Every little thing that we expect of ourselves based on the societal assumptions surrounding manhood is counteractive when it comes to developing our self-worth.

For me, this once even included the idea that men are supposed to be able to “fix things.” Even though I’d never received any sort of training or instruction in the work of a handyman, I would feel great shame in the fact that I didn’t know how to install a dishwasher or fix the garage door or change the oil in my car.

Despite not even being particularly drawn to that sort of work, I used to think of myself as less manly just because of the cultural norms associated with it.

So, what limitations do you put on your own manliness? What do you think it means to be a man, and how are those assumptions holding you back from realizing your full potential?

These outdated definitions (including the ball field, the bedroom, and the billfold) only create unnecessary suffering. They also cause a sort of societal epidemic in our culture of men who are unable to express themselves emotionally or connect with each other and their sons.

My goal is to help offer a new definition of manhood that will allow us to break down these barriers to emotional freedom and allow us to live happily in our own skin.

In continuing with the wisdom of Joe Ehrmann, masculinity is, first and foremost, defined by a man’s ability to love and be loved. A man is someone who can tell his children, “I love you”; A man is someone who can look his partner in the eye and say, “I love you”; and a man is someone who can accept the adoration of those he loves in return. This, surprisingly, takes an extraordinary amount of courage, which is what makes it such a manly action.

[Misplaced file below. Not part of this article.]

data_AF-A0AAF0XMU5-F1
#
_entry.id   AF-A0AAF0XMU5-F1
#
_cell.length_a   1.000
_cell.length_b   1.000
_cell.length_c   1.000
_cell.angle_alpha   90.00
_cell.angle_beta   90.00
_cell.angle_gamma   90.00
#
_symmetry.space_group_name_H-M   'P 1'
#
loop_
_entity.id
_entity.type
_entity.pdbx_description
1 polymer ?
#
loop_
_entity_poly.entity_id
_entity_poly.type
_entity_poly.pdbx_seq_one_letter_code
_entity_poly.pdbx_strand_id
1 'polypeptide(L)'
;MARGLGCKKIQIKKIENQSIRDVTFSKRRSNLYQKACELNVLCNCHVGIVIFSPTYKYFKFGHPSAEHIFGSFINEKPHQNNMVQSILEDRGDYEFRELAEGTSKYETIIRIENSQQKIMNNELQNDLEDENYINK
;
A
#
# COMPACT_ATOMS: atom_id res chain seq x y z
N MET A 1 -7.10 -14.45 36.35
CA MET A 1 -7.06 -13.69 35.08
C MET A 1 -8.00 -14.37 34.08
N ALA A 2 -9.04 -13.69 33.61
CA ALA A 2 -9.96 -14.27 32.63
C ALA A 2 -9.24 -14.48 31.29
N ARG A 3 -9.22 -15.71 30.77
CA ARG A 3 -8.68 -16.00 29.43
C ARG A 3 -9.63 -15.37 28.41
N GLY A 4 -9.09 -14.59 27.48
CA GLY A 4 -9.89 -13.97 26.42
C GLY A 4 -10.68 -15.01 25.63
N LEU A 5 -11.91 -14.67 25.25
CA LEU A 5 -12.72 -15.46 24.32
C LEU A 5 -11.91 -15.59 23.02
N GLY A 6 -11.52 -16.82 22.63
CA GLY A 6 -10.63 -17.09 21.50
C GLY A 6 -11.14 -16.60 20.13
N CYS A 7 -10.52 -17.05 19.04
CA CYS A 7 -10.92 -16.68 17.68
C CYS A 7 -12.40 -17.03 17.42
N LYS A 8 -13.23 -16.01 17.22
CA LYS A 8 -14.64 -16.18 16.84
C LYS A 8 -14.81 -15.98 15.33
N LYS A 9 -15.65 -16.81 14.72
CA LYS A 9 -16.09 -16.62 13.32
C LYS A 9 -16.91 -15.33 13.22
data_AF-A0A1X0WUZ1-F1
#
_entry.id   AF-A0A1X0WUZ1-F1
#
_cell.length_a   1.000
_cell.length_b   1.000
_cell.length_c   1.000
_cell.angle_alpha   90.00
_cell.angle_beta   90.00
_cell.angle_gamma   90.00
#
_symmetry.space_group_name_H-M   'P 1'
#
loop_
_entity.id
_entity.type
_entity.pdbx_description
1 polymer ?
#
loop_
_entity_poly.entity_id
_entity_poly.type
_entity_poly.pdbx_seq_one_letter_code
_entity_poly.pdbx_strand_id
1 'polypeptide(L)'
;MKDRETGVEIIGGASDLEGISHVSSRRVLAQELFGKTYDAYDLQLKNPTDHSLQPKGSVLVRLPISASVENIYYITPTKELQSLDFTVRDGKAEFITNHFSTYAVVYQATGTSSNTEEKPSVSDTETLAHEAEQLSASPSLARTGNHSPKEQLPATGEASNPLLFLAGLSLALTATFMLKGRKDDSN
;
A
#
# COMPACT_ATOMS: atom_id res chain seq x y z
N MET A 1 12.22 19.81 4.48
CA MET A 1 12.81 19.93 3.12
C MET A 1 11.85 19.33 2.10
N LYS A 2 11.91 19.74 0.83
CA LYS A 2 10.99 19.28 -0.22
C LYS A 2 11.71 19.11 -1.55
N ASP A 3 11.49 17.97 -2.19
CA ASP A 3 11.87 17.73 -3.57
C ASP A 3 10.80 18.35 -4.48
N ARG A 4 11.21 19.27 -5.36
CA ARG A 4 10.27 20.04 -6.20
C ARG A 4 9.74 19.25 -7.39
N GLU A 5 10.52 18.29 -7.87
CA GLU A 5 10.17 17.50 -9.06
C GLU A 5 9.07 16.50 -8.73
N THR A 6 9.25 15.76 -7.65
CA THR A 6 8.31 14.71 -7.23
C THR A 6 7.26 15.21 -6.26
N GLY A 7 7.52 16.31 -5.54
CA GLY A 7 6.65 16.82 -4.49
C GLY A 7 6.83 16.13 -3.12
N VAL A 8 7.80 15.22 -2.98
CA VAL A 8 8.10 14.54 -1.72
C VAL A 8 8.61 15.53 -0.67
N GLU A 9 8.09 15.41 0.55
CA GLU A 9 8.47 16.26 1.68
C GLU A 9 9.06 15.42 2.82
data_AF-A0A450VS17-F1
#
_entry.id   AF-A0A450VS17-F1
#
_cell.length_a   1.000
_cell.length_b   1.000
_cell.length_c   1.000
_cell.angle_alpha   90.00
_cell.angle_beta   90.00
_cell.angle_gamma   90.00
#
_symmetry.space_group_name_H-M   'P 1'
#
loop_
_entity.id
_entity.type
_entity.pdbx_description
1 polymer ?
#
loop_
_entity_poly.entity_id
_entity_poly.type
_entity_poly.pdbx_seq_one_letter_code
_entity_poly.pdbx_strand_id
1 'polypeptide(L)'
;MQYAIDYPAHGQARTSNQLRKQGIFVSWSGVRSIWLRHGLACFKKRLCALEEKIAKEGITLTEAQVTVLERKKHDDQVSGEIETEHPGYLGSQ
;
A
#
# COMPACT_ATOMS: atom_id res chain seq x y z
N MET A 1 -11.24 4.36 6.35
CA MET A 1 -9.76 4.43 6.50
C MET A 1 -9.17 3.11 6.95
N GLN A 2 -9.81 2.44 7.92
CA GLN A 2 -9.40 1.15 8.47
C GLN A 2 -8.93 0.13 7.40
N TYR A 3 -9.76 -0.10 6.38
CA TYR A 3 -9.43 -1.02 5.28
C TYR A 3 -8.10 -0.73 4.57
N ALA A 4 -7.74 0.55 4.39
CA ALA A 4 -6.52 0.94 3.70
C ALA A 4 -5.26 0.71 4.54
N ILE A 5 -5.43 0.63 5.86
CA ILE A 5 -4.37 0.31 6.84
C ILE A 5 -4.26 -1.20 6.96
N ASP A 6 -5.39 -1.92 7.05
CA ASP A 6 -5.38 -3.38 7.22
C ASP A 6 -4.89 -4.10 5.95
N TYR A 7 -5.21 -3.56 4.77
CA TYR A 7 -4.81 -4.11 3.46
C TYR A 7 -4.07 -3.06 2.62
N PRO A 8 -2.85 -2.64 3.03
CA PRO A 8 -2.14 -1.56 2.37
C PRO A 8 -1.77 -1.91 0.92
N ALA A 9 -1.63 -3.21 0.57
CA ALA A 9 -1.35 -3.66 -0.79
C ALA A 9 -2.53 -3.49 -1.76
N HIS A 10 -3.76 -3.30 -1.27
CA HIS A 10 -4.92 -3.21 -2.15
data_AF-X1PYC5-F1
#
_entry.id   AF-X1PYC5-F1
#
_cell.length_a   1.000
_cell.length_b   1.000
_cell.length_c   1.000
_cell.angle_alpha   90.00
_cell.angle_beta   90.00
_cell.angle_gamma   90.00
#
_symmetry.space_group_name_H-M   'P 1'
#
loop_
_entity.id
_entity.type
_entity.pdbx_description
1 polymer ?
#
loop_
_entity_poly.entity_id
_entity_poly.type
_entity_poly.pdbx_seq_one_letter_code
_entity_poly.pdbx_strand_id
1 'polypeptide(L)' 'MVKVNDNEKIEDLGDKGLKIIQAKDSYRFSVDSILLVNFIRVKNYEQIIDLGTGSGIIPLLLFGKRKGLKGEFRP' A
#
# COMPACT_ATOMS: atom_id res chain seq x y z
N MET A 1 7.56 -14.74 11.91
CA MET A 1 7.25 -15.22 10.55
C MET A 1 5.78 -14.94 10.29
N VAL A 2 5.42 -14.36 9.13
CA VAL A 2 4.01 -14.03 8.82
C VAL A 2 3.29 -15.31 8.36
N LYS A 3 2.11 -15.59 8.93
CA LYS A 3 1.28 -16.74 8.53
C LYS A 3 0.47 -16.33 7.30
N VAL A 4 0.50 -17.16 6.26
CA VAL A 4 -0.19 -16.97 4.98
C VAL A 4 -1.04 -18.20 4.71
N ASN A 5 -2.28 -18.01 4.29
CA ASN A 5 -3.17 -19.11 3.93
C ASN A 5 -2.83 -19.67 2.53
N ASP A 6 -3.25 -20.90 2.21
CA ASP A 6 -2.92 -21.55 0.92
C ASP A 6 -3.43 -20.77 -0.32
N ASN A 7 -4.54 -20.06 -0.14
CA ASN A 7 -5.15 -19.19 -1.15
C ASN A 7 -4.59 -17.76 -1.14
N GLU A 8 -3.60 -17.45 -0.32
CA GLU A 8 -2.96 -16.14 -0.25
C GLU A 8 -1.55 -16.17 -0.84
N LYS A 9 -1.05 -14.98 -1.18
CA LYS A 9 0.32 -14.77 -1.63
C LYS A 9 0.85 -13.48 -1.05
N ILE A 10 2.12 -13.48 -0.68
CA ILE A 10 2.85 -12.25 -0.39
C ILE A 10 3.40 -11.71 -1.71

A man’s self-worth is also greatly defined by operating from a sense of purpose beyond one’s self. Even if that only involves serving one’s family or community or coworkers with complete selflessness, it’s a key piece of the puzzle.

Thirdly, manhood can be defined by acting with integrity. In order to be at peace in his own mind, a man must check in with himself from time to time to be sure he’s acting in accordance with his better intuition and owning up to it when his actions don’t measure up to his sense of right and wrong.

Love, purpose, and integrity—these are the true measures by which we should judge our value and legacy as men.

What if we could liberate ourselves from the old ways of thinking and focus our attention of more worthwhile pursuits? If we can learn to let go of that programming, perhaps we can learn to appreciate those aspects of ourselves that really matter to our lives, happiness, and those around us.

As always, I invite you to share your thoughts and experiences in the comments below. What has your definition of masculinity been up to this point, and how could you adjust it to include integrity, love, and purpose? I also invite you to subscribe to this channel and “like” this page so that you can begin to receive new information as it’s released.

Until we speak again, may you have the courage to be who you are and to know on a deep level that you’re awesome.